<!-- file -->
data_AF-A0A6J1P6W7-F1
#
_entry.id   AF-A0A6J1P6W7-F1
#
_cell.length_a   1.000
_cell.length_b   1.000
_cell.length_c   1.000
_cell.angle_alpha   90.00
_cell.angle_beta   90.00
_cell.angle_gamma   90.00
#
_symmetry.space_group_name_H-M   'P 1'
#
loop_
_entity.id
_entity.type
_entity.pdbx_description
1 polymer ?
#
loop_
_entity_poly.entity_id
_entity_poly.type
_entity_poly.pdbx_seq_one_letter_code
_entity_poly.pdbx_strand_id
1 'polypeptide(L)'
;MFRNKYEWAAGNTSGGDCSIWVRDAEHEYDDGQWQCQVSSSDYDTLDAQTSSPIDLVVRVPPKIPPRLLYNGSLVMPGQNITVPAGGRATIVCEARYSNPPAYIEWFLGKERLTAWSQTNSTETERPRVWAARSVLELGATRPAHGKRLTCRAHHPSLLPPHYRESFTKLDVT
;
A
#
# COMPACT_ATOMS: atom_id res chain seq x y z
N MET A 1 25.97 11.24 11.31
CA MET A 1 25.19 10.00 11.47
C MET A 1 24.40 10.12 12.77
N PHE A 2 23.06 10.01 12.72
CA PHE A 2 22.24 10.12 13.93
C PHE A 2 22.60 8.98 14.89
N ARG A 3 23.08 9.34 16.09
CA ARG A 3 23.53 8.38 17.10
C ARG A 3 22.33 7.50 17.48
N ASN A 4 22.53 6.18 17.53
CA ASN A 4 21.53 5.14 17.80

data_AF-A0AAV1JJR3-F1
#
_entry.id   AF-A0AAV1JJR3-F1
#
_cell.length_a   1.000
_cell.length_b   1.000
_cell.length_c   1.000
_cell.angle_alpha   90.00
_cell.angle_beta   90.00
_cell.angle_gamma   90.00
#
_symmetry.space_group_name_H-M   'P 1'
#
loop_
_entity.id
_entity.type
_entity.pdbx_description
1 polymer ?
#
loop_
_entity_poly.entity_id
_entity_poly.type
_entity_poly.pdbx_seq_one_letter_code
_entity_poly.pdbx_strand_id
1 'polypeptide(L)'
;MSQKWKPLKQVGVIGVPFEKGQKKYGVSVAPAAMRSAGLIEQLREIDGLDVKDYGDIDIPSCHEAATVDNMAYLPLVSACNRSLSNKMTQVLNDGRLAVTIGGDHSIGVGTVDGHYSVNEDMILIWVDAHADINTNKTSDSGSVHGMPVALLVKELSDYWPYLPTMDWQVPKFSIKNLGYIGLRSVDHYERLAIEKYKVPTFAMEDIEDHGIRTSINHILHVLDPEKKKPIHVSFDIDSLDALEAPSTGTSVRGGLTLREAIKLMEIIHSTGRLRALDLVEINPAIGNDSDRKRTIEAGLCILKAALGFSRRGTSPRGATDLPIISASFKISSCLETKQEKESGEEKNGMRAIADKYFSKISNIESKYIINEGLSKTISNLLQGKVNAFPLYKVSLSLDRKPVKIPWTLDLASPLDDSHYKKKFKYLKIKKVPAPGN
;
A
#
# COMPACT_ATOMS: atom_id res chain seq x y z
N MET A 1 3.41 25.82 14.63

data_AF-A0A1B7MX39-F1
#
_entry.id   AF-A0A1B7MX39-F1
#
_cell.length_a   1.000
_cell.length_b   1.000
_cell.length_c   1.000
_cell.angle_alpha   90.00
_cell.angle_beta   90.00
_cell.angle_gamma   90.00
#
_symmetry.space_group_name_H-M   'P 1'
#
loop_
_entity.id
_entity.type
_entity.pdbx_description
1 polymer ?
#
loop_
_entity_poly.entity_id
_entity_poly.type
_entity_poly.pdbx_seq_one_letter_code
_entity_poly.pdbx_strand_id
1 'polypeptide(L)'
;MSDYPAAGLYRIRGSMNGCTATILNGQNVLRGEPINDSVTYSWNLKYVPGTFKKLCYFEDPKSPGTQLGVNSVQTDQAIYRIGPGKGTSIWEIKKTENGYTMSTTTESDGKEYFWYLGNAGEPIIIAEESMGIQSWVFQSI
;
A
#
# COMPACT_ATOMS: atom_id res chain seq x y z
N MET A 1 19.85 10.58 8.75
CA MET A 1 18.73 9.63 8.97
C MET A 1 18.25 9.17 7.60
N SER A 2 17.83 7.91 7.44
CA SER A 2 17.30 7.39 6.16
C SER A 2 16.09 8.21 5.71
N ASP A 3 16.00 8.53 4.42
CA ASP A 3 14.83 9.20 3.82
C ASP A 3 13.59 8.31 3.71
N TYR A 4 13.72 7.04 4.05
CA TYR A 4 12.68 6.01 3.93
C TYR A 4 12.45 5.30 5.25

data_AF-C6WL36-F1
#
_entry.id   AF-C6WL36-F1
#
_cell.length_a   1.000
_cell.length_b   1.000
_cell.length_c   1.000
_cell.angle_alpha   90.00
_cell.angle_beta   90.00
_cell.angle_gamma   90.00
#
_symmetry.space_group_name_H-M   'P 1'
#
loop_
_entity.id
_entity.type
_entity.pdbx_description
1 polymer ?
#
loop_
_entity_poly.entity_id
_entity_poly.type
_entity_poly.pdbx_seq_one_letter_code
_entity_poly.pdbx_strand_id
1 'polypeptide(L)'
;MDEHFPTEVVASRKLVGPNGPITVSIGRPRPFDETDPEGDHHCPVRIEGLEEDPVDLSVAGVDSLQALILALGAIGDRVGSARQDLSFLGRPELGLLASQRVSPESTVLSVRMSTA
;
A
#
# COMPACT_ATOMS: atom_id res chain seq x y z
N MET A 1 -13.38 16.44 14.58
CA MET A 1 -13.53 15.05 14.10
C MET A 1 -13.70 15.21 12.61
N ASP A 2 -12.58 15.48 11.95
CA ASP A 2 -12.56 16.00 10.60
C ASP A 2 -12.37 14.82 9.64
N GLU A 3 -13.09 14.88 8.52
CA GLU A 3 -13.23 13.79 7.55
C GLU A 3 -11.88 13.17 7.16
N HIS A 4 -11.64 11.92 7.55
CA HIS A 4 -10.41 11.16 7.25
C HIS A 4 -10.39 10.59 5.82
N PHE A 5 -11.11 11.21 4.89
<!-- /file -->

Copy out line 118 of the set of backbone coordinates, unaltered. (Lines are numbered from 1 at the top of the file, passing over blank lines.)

#